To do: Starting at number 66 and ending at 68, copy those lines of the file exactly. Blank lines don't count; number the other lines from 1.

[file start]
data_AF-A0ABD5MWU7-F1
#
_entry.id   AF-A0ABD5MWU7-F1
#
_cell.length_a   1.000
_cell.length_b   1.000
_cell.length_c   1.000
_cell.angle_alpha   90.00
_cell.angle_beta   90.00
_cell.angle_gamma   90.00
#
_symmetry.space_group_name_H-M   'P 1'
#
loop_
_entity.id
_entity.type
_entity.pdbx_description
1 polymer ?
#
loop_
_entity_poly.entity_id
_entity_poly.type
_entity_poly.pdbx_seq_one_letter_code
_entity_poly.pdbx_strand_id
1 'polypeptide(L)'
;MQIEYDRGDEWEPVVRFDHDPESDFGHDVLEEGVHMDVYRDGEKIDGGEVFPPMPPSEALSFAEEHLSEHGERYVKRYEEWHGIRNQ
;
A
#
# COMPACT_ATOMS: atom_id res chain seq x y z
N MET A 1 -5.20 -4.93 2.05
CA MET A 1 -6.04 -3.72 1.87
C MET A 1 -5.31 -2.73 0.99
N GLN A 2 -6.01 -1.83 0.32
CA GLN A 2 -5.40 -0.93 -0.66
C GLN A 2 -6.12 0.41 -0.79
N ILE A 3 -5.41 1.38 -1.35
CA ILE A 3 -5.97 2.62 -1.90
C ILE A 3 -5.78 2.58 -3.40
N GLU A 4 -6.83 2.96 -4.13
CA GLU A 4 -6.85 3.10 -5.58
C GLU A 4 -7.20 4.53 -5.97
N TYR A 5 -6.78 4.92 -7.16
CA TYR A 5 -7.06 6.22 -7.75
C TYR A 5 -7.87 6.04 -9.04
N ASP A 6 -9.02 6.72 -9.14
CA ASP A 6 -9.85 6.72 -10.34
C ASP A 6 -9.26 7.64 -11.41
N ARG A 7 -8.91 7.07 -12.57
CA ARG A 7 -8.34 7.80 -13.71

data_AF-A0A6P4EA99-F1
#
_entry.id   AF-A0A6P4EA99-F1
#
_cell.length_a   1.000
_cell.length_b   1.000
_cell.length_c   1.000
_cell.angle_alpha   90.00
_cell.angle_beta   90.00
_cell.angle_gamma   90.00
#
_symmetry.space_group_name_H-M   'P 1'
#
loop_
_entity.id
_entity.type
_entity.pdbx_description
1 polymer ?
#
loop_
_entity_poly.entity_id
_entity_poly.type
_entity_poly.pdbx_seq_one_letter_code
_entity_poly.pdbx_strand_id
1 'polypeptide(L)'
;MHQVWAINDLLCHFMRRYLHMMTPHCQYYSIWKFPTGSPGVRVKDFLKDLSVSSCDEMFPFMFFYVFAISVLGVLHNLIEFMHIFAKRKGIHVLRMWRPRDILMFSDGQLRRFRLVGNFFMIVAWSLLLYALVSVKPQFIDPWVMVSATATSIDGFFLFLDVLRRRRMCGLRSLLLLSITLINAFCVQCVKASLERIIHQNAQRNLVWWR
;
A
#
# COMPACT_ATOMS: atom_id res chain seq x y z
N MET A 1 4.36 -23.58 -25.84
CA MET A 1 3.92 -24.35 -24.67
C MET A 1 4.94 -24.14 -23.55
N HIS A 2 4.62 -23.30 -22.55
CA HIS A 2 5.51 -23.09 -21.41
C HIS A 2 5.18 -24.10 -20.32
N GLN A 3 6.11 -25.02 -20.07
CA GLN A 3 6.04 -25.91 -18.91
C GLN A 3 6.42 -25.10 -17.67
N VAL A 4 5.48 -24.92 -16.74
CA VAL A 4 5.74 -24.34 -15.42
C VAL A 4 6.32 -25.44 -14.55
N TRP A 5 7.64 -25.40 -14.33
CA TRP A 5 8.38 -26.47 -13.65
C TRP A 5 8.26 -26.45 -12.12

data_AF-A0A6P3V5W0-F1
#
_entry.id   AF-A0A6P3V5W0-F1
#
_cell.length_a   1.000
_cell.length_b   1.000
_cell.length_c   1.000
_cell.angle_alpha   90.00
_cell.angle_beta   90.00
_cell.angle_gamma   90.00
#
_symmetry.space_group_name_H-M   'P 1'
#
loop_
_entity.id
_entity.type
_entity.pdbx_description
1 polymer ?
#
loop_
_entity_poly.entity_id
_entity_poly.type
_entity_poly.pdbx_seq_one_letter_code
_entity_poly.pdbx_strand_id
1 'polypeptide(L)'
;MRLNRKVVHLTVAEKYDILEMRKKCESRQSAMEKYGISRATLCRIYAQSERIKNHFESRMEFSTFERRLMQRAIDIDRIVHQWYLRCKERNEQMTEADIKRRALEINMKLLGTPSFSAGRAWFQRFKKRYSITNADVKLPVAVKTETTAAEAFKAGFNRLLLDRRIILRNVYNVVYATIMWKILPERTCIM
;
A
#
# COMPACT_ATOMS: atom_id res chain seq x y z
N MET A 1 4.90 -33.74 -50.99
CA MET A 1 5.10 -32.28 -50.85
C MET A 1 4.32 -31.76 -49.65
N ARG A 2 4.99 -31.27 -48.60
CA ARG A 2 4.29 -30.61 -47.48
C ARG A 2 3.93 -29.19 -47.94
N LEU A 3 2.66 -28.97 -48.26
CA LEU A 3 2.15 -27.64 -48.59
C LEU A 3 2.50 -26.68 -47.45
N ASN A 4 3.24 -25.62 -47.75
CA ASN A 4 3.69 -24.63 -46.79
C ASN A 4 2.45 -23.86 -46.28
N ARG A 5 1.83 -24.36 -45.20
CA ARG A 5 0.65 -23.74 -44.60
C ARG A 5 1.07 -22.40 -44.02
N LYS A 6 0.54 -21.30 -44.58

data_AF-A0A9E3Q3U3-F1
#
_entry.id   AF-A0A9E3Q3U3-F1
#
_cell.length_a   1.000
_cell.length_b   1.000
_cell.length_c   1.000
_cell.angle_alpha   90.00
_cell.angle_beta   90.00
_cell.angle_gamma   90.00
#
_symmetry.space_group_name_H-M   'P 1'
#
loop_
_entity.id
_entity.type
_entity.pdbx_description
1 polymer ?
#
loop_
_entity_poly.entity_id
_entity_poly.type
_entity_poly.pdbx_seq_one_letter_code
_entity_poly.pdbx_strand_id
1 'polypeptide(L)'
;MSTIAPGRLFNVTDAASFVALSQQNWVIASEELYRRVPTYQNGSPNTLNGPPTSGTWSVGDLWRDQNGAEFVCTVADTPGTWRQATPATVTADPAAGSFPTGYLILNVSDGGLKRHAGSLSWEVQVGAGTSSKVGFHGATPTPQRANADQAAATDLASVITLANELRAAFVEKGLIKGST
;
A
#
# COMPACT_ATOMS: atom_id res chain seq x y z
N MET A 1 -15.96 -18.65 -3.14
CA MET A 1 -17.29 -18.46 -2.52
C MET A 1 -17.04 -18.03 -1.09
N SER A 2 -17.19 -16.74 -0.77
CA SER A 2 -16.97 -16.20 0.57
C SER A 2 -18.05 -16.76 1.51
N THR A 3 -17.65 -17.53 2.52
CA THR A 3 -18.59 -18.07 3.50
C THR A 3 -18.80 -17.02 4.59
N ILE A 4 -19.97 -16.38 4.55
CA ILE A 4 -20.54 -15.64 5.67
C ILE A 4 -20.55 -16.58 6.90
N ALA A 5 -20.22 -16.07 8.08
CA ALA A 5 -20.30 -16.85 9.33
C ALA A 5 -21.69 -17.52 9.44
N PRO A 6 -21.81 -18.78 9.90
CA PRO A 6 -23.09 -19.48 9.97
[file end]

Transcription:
_entity.type
_entity.pdbx_description
1 polymer ?